- One study found that people actually buy more high-calorie groceries from the supermarket between January and March than in other months of the year.
- This increase in calories could be due to the colder months.
- Break old habits by using a grocery list, avoiding the electrical corridors, and doing a detox.
Research into New Year's Resolutions
Every year before we even ring in the New Year, many of us mark the occasion as a starting point for new beginnings and create resolutions to reflect that. Resolutions to get in shape are some of the most popular, and these often focus on eating better, especially after you eat, which often happens during the holiday season. How well do most of us stick to our dietary resolutions? Not very according to new research suggesting we are off course on the groceries we buy within the first three months of the year. And it's worse than you might think.
The study, conducted at Cornell University's Food and Branding Laboratory in Ithaca, New York, found that people actually buy more high-calorie groceries at the grocery store between January and March than during the other months of the year. The subjects were buyers from more than 200 households in New York State. Her grocery store habits were monitored over a seven month period between July 2010 and March 2011.
The information gathered about the participants' purchases in the supermarket was divided into three easily definable time periods. The first lasted from July through Thanksgiving, which was a normal time of year and a basis for typical buying behavior. The second segment lasted from Thanksgiving through New Years Eve and covers what you think is the most indulgent time of the year for many people in terms of food. After all, the last segment ran from New Years Day to March, as the start of the year is often an attempt to make healthier eating habits. All of the food the volunteers bought was rated and classified as healthy or unhealthy.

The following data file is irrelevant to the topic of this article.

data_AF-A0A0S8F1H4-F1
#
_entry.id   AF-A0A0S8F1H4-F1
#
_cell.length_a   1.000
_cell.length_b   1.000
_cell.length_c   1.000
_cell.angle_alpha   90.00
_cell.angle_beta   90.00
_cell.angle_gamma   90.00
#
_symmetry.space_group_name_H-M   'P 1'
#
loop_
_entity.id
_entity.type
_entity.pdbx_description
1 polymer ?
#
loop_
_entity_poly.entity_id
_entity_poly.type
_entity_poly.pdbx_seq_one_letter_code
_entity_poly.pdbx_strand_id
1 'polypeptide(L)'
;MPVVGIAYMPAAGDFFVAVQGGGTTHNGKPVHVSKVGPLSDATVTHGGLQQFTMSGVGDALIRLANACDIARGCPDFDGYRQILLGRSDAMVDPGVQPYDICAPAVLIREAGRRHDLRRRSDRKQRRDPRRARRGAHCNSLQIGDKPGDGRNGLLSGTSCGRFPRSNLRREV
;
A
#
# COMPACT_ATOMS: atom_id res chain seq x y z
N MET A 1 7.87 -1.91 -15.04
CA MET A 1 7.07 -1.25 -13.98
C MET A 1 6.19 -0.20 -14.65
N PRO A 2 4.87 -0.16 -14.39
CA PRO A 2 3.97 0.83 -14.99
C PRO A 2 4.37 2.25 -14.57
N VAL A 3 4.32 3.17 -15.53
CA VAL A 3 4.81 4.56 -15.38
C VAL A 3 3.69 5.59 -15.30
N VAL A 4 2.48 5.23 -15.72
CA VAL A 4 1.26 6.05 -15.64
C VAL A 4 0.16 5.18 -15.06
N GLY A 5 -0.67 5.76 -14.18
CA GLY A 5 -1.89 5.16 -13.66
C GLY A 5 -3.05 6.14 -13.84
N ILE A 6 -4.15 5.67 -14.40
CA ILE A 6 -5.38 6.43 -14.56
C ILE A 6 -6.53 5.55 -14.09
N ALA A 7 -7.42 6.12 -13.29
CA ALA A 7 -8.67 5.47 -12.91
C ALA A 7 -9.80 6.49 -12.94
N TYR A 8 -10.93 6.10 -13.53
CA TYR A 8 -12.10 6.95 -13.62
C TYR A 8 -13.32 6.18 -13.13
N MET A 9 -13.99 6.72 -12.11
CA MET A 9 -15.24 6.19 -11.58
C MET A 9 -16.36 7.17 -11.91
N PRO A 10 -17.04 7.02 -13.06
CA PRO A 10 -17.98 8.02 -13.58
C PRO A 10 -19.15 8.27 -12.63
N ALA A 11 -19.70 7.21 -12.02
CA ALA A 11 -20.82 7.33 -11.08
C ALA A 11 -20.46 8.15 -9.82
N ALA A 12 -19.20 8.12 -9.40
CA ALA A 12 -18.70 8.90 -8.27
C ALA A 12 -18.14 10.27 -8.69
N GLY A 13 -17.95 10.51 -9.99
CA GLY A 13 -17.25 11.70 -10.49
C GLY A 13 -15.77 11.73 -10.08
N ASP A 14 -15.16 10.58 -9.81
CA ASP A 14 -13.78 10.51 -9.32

Most of the money was spent on groceries during the holiday season between Thanksgiving and New Years Eve. Much more surprising, however, the data showed that the test subjects actually bought this largest amount of food in the period after the New Year. It's not that the effort to eat more nutritious wasn't there – there were plenty of fruits and vegetables in the shopping carts between January and March. However, these items were not bought to replace unhealthy snacks. They were bought right away with all that junk food. In fact, the difference added up to another nine percent of the above-average calories.
Habits break during the winter months
It seems that while many people have good intentions to get their diets together for the New Year, the persistent habits of the previous year are pretty hard to break. Of course, it is possible that the results of this study are somewhat flawed and would not repeat themselves if another experiment were to take place. After all, the results were based on a relatively small number of participants, and they were only in one state. If a more expansive part of the population and a more geographically diverse pool had been included, the results might have been different. For example, people living in New York City experience cold weather in January, February, and March and may be more inclined to seek high-calorie comfort foods, while those in a warmer climate may be more likely to accept lighter dishes.
How to break old habits
Ultimately, however, we all have to take responsibility for what we buy and eat without apologizing for why we cannot eat healthier foods. The scientists who conducted the research suggested making a shopping list of nutritious items at home and then strictly adhering to it in the store. This is a great idea as long as you can withstand impulse buying. You'll also want to spend most of your time on the edge of the grocery store, where produce, whole grain breads, and lean sources of protein are common. Don't even tempt yourself by walking down the aisles devoted to chips, cookies, and other junk food – what is known in the supermarket as power aisles. Find fresh, natural products that you really enjoy and soon you will not feel like you are missing anything. Remember that junk food is an addiction. If you stop doing it long enough, you will lose your taste for it. And if you're not feeling well after over-indulging in the vacation, start the year with a five-day liver detox. As Jon Barron says, not only does it offer all of the benefits of a good detox, but it also breaks any bad eating habits you learned during the holiday season. It is the perfect opportunity to really start over.